|Correct way up|
It is idiomatic these days for the terms Flag and Jack to be interchangeable without causing too much controversy. It is thought the term Jack came about because the Royal Navy at the time of King George III flew the flag from the jackstaff at the bow of their ships. It was at the same time King George proclaimed the flag could only be flown at sea from Royal vessels or vessels of the Royal Navy. Today the Union Jack is flown from the jackstaff of commissioned HM Ships, and Army and RAF vessels when at anchor or alongside. The Union Jack is only flown from a ship underway when she is dressed for a special occasion. The flag can be flown from the masthead when a sovereign or Admiral of the Fleet is onboard and flown from the yardarm when a Court Marshall is in progress. Otherwise RN ships will fly the White Ensign (below left). No civilian or merchant vessel is permitted to fly the Union Jack in any circumstances. For these vessels there is the Red Ensign (below right). A Blue Ensign is available for certain organisations. Each variant of ensign includes a Union Flag.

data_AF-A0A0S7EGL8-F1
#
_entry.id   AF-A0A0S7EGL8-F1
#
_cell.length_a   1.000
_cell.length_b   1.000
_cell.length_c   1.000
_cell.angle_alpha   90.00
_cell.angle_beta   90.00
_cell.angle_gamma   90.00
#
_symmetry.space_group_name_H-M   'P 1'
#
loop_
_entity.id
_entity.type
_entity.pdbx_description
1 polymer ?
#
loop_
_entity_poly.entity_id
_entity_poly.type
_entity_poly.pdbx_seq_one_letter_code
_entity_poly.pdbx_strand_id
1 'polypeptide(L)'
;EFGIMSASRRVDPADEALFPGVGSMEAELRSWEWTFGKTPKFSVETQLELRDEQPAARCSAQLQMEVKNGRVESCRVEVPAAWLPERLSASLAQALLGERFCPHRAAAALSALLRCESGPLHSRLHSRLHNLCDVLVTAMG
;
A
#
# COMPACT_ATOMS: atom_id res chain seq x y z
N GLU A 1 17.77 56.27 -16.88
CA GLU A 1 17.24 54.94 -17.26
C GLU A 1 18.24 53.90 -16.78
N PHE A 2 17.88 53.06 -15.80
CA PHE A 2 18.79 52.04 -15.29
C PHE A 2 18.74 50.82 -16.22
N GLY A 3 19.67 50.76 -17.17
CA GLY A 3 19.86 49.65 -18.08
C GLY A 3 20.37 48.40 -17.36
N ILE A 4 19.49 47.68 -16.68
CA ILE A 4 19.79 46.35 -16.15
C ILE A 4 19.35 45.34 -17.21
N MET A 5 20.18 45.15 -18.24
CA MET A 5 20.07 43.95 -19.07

|RN White Ensign|
So where is this piece leading? A pedant might say that the law regarding flying the Union Jack from a vessel applies only to those at sea and does not affect inland waterways craft. That may be correct and many boaters fly a Union Jack somewhere on their boat. Does it matter? Probably not although I am not qualified to comment (anyone familiar enough with maritime/waterways law to comment?). However, if you are a boater who flies the Union Jack from your vessel, please do ensure you fly it the right way up!